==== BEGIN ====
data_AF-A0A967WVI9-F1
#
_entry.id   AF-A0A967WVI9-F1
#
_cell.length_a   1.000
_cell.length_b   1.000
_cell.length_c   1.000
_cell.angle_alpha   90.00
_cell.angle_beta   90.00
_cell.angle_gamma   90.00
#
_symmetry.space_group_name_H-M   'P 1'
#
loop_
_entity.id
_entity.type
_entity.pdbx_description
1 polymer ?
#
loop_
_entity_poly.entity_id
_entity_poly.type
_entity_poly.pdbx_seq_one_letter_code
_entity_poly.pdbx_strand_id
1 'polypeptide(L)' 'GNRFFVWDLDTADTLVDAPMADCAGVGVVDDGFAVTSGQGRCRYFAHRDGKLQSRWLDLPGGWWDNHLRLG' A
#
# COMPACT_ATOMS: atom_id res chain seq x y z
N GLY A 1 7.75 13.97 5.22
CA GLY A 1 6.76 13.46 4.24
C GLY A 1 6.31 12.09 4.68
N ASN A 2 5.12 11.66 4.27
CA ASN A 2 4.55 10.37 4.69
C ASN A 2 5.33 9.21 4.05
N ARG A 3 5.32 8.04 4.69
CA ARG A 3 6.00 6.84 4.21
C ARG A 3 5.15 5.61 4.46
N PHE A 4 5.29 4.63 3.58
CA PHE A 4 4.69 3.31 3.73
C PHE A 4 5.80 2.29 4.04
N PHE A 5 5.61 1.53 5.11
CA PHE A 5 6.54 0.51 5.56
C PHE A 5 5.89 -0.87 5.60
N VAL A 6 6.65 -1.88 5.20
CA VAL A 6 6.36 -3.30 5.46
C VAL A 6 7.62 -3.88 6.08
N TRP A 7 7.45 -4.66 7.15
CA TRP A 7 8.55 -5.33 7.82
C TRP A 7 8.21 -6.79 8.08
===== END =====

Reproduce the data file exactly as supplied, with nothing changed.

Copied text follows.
data_AF-A0A967WVI9-F1
#
_entry.id   AF-A0A967WVI9-F1
#
_cell.length_a   1.000
_cell.length_b   1.000
_cell.length_c   1.000
_cell.angle_alpha   90.00
_cell.angle_beta   90.00
_cell.angle_gamma   90.00
#
_symmetry.space_group_name_H-M   'P 1'
#
loop_
_entity.id
_entity.type
_entity.pdbx_description
1 polymer ?
#
loop_
_entity_poly.entity_id
_entity_poly.type
_entity_poly.pdbx_seq_one_letter_code
_entity_poly.pdbx_strand_id
1 'polypeptide(L)' 'GNRFFVWDLDTADTLVDAPMADCAGVGVVDDGFAVTSGQGRCRYFAHRDGKLQSRWLDLPGGWWDNHLRLG' A
#
# COMPACT_ATOMS: atom_id res chain seq x y z
N GLY A 1 7.75 13.97 5.22
CA GLY A 1 6.76 13.46 4.24
C GLY A 1 6.31 12.09 4.68
N ASN A 2 5.12 11.66 4.27
CA ASN A 2 4.55 10.37 4.69
C ASN A 2 5.33 9.21 4.05
N ARG A 3 5.32 8.04 4.69
CA ARG A 3 6.00 6.84 4.21
C ARG A 3 5.15 5.61 4.46
N PHE A 4 5.29 4.63 3.58
CA PHE A 4 4.69 3.31 3.73
C PHE A 4 5.80 2.29 4.04
N PHE A 5 5.61 1.53 5.11
CA PHE A 5 6.54 0.51 5.56
C PHE A 5 5.89 -0.87 5.60
N VAL A 6 6.65 -1.88 5.20
CA VAL A 6 6.36 -3.30 5.46
C VAL A 6 7.62 -3.88 6.08
N TRP A 7 7.45 -4.66 7.15
CA TRP A 7 8.55 -5.33 7.82
C TRP A 7 8.21 -6.79 8.08